Our understanding of the use of the breadboard meant we could build complex circuits using different sensors to achieve varied results. A firm grasp of the fundamentals was all that was needed, and the ideas started flowing.
Throwing in the If This Then That event triggers, in combination with our Raspberry Pi functionality, we could get emails to send after a button press. Think of a panic button for your shop. Or the panic ‘word’, where a sensor would pick up your voice, and trigger an event.
In short, our ideas run wild. The practical understanding meant, we all took home a strong appreciation for what tech could help us all achieve.
As part of the program, the students made a trip to two technology-related organizations in the country, namely Hubtel and Rancard. Both organizations are well-rooted in their various niches, they got to share what makes their products tick, and how they do it for the many years they’ve been running in the country.
The tour was to come in contact with experts who are working in the industry and get to chat with how they run and some of their tool sets.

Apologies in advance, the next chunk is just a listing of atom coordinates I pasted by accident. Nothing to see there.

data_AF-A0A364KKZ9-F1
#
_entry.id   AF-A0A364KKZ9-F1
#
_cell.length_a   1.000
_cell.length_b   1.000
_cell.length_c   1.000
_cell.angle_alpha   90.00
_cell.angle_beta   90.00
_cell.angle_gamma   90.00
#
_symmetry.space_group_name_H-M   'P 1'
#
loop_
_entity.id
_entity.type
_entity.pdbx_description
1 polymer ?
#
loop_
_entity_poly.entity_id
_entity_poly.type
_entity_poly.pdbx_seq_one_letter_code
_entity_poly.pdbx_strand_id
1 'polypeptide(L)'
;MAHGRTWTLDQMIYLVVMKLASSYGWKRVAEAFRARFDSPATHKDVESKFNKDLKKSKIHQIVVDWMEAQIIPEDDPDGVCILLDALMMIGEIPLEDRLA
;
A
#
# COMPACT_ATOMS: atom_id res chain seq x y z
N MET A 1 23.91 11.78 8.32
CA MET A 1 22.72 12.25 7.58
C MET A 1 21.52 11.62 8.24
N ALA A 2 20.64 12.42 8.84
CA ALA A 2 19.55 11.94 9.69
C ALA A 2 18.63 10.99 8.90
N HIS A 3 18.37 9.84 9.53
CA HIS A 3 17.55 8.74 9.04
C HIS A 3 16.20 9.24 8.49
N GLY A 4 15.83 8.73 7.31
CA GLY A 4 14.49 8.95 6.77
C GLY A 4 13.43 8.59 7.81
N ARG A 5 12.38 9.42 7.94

Sam Moorhouse, the instructor for the 3-week summer program is an industry expert experienced in working on real-world applications using battle-tested platforms and or tools in real-world organizations.
Although his experience and knowledge are deep, Sam’s teaching skills allow him to draw the students out into the bare open with simple-to-understand expressions and explanations. I personally enjoyed his lectures and hands-on assistance.
To learn more about Sam, check out his Github profile, where you can also find links to his works and more about him.
Sam Moorhouse Github: https://github.com/sammoorhouse
I hope to apply the skills learned in the course into other parts of my workflow as a web developer. Eventually, I hope to build simple IoT related applications to take full advantage of the potentials the Raspberry Pi offers.
Definitely, a similar program will run next year, and I hear not only at the Koforidua Technical University, however at two extra tertiary organizations.
It’ll be fun, even more! Until there, keep coding, and Pi-ing!